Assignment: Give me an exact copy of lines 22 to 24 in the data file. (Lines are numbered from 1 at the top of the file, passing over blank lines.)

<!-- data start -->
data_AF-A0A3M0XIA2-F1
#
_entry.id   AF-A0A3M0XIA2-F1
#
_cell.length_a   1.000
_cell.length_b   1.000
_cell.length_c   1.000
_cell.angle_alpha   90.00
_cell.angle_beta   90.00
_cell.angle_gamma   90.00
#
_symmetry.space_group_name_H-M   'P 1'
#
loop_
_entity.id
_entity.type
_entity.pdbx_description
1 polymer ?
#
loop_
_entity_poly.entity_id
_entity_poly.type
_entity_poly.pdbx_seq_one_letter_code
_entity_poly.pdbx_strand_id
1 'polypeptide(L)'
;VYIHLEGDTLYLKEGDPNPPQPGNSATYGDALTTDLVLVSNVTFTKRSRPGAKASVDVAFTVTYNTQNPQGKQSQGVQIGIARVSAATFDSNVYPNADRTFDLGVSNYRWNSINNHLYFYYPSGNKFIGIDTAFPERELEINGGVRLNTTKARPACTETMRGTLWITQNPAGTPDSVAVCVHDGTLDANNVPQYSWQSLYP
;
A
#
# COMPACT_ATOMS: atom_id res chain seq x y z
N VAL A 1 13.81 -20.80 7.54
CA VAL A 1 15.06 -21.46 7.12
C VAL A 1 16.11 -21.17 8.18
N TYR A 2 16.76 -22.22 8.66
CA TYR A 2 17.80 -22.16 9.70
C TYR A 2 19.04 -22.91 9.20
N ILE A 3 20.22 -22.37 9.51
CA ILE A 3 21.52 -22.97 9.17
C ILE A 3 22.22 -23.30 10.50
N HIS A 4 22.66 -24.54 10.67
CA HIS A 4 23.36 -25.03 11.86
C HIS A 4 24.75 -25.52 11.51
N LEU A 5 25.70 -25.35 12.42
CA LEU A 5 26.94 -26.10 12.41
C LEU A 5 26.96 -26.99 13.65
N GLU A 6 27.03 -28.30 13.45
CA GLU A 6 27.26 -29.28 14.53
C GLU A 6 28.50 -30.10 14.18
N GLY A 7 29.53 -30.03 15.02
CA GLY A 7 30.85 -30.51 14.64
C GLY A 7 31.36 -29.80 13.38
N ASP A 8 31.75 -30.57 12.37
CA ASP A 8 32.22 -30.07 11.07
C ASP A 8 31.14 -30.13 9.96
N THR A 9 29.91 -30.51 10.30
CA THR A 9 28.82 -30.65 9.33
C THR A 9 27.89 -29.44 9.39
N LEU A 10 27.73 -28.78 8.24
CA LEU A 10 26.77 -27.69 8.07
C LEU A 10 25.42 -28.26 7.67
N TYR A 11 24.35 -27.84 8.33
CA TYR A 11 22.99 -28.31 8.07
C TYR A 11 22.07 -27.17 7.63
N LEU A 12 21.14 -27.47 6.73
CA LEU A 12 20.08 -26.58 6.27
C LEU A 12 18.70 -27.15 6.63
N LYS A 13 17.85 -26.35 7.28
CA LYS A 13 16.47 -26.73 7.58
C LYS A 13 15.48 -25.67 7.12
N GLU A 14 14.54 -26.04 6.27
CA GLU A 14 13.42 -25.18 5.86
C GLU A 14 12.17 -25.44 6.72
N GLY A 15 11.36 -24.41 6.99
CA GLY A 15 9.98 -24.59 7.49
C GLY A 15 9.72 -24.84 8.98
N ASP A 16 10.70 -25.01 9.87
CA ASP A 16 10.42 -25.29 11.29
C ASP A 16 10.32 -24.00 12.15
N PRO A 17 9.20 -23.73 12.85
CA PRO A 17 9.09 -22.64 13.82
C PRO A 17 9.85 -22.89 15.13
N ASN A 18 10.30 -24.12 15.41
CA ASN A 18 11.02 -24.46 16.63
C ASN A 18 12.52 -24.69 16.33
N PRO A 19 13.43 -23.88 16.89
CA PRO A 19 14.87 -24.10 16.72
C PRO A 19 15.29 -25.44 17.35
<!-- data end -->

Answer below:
_entity_poly.type
_entity_poly.pdbx_seq_one_letter_code
_entity_poly.pdbx_strand_id